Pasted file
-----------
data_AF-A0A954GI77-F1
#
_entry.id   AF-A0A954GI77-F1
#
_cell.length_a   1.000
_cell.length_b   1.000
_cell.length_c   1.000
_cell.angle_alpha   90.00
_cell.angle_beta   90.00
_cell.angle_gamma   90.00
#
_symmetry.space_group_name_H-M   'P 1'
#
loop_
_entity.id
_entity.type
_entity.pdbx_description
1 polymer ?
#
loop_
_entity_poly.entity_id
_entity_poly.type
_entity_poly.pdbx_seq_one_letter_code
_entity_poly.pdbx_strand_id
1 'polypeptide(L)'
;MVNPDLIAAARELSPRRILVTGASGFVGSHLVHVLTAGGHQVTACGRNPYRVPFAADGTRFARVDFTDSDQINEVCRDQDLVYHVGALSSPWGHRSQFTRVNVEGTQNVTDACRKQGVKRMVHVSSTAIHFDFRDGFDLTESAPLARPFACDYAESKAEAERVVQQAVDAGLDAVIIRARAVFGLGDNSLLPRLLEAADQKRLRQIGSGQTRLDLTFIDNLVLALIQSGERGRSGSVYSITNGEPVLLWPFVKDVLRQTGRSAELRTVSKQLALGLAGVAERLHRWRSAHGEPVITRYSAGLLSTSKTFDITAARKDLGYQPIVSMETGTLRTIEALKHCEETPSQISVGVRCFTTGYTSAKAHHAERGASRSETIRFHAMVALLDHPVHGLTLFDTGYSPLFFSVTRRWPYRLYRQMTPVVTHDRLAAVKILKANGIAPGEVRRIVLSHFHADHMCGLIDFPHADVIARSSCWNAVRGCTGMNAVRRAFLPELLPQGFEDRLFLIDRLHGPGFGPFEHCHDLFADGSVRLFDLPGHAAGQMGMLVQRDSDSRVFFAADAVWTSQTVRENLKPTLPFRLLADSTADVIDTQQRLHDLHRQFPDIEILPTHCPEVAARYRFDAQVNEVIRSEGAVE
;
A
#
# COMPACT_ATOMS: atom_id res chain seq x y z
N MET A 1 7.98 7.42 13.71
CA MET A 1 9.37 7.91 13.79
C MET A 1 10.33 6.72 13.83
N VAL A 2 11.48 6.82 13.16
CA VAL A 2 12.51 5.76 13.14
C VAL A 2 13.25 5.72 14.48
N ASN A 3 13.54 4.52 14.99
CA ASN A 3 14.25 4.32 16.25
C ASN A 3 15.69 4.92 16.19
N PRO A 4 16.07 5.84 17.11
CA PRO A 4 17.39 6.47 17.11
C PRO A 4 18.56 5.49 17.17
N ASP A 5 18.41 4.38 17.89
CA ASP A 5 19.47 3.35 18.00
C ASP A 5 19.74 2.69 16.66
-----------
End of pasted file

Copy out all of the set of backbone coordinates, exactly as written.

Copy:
data_AF-A0A954GI77-F1
#
_entry.id   AF-A0A954GI77-F1
#
_cell.length_a   1.000
_cell.length_b   1.000
_cell.length_c   1.000
_cell.angle_alpha   90.00
_cell.angle_beta   90.00
_cell.angle_gamma   90.00
#
_symmetry.space_group_name_H-M   'P 1'
#
loop_
_entity.id
_entity.type
_entity.pdbx_description
1 polymer ?
#
loop_
_entity_poly.entity_id
_entity_poly.type
_entity_poly.pdbx_seq_one_letter_code
_entity_poly.pdbx_strand_id
1 'polypeptide(L)'
;MVNPDLIAAARELSPRRILVTGASGFVGSHLVHVLTAGGHQVTACGRNPYRVPFAADGTRFARVDFTDSDQINEVCRDQDLVYHVGALSSPWGHRSQFTRVNVEGTQNVTDACRKQGVKRMVHVSSTAIHFDFRDGFDLTESAPLARPFACDYAESKAEAERVVQQAVDAGLDAVIIRARAVFGLGDNSLLPRLLEAADQKRLRQIGSGQTRLDLTFIDNLVLALIQSGERGRSGSVYSITNGEPVLLWPFVKDVLRQTGRSAELRTVSKQLALGLAGVAERLHRWRSAHGEPVITRYSAGLLSTSKTFDITAARKDLGYQPIVSMETGTLRTIEALKHCEETPSQISVGVRCFTTGYTSAKAHHAERGASRSETIRFHAMVALLDHPVHGLTLFDTGYSPLFFSVTRRWPYRLYRQMTPVVTHDRLAAVKILKANGIAPGEVRRIVLSHFHADHMCGLIDFPHADVIARSSCWNAVRGCTGMNAVRRAFLPELLPQGFEDRLFLIDRLHGPGFGPFEHCHDLFADGSVRLFDLPGHAAGQMGMLVQRDSDSRVFFAADAVWTSQTVRENLKPTLPFRLLADSTADVIDTQQRLHDLHRQFPDIEILPTHCPEVAARYRFDAQVNEVIRSEGAVE
;
A
#
# COMPACT_ATOMS: atom_id res chain seq x y z
N MET A 1 7.98 7.42 13.71
CA MET A 1 9.37 7.91 13.79
C MET A 1 10.33 6.72 13.83
N VAL A 2 11.48 6.82 13.16
CA VAL A 2 12.51 5.76 13.14
C VAL A 2 13.25 5.72 14.48
N ASN A 3 13.54 4.52 14.99
CA ASN A 3 14.25 4.32 16.25
C ASN A 3 15.69 4.92 16.19
N PRO A 4 16.07 5.84 17.11
CA PRO A 4 17.39 6.47 17.11
C PRO A 4 18.56 5.49 17.17
N ASP A 5 18.41 4.38 17.89
CA ASP A 5 19.47 3.35 18.00
C ASP A 5 19.74 2.69 16.66